Pennsylvania Judge: Voter ID Law Might Not Disenfranchise Like 700,000 Poor People, So, Upheld!


Pennsylvania passed a new voter ID lawwithout an actual reason why they needed it, which led to the meanies at the ACLU suing because they hate partial democracy with largely arbitrary requirements. Today, a Pennsylvania state judge upheld the law.

Commonwealth Judge Robert Simpson said the individuals and civil rights groups challenging the law had not met the heavy burden of proving that it so clearly violated the state constitution that it should not be implemented. He said there was still time for those without proper ID to acquire it.

“Petitioners did not establish . . . that disenfranchisement was immediate or inevitable,” Simpson wrote, adding, “I was convinced that Act 18 will be implemented by Commonwealth agencies in a nonpartisan, evenhanded manner.”

Sure, that sounds likely!

Because Pennsylvania could theoretically provide IDs to all voters by Election Day (HA!), the petitioners could not prove that anyone's disenfranchisement was inevitable, except maybe 1 to 9% of all Pennsylvania voters.

Simpson was skeptical of the challengers’ estimates. He said he believed that more than 1 percent of the commonwealth’s more than 8 million voters lacked the required ID, but less than the 9 percent figure that opponents of the law submitted.

Who do we have to thank for this glorious decision? The Supreme Court, who in 2008 said that states can pretty much do whatever they want in terms of requiring voter ID, because of voter fraud. Which Pennsylvania didn't try to prove. So that's a fun thing about law.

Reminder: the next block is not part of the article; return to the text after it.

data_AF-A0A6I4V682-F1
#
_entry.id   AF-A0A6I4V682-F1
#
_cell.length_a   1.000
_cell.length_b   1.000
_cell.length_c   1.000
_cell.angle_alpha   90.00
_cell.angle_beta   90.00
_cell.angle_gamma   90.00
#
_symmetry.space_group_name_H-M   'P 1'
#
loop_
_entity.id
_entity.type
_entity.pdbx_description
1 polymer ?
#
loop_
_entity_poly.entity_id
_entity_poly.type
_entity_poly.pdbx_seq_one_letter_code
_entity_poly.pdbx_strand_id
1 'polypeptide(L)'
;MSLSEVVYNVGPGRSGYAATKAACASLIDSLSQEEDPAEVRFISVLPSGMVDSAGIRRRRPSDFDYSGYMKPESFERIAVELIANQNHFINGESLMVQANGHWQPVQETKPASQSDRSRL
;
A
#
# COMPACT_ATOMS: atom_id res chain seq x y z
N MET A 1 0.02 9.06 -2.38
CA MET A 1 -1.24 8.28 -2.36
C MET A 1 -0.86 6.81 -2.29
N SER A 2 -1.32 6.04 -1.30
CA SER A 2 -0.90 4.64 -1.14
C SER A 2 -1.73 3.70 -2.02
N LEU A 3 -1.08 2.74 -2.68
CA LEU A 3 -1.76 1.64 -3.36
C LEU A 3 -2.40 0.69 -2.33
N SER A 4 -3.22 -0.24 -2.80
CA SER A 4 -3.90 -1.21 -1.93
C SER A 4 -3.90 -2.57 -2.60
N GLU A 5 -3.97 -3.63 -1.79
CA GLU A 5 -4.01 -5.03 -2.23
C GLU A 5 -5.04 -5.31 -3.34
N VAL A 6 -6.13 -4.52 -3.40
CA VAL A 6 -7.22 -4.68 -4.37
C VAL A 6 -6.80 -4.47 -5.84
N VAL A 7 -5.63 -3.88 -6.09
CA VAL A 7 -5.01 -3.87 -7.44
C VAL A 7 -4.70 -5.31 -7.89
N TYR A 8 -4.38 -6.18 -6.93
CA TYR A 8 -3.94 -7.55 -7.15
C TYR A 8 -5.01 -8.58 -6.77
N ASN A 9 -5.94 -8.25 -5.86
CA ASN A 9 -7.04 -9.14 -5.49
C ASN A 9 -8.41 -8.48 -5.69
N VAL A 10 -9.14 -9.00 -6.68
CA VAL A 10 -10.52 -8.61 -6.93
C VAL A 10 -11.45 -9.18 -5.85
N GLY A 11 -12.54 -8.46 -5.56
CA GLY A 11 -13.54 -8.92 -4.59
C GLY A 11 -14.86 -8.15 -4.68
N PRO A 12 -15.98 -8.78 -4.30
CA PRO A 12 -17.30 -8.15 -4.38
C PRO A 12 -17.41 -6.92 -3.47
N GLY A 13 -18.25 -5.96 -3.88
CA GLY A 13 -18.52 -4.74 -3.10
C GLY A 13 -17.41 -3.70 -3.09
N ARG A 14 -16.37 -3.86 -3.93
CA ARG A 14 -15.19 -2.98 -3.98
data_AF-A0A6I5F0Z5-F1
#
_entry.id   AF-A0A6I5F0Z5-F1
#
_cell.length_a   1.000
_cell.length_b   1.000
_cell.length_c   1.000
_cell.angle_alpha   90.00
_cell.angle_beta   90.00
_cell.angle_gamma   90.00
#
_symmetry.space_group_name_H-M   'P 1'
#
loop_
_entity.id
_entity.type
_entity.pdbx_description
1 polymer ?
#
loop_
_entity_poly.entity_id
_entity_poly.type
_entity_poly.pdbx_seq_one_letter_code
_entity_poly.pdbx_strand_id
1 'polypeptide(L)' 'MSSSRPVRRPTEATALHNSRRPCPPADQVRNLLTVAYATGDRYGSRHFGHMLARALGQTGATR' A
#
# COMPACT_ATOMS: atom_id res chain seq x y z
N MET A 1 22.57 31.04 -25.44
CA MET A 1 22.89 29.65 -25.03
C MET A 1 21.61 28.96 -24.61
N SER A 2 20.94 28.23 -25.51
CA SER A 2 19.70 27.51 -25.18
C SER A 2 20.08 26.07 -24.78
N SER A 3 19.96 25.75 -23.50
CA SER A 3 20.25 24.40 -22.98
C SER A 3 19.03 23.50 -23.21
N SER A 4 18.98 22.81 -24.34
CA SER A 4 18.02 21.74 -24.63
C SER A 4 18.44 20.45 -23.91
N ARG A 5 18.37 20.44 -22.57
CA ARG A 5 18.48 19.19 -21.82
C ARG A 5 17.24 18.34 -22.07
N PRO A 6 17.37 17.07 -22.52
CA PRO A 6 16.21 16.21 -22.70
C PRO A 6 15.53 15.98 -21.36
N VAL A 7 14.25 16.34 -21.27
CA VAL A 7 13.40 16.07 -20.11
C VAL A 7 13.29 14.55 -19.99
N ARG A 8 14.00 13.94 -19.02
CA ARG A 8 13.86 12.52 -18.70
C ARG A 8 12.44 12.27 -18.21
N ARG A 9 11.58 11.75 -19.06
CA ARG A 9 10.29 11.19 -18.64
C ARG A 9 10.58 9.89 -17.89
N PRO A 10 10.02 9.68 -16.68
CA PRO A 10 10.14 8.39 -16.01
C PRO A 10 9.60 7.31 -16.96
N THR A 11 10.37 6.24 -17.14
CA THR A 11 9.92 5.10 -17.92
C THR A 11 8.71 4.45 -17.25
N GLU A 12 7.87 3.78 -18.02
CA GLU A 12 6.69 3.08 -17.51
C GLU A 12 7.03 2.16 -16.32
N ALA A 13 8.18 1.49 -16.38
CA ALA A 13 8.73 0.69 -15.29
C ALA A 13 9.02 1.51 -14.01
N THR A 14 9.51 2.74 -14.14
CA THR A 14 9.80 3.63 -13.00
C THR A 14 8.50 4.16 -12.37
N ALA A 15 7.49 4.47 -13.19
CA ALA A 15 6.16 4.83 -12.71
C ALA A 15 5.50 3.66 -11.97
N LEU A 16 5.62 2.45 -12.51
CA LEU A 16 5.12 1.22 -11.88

While the challenge was brought under the state constitution, Simpson’s opinion was heavily influenced by the U.S. Supreme Court’s 2008 decision that seemed to give states the green light to require voters to present photo IDs. In the court’s lead opinion, Justice John Paul Stevens, now retired, said that such a law in Indiana was a reasonable reaction to the threat of voter fraud, “amply justified by the valid interest in protecting the integrity and reliability of the electoral process.”

It remains to be seen how much credit this now-valid voter ID law gets for stopping a problem that is "infinitesimal" and that Pennsylvania refused to argue the existence of, presumably because most voter fraud seems to be perpetrated by Republican officials. It's good that they can stop those Massachusetts menaces, though. And the Arizona Republicans who cast their dead girlfriends' votes.

Can you get more than 100% credit for stopping a thing that doesn't really exist except for elected Republicans? We will try that with Ronald Reagan's ghost and report back.

[Washington Post]


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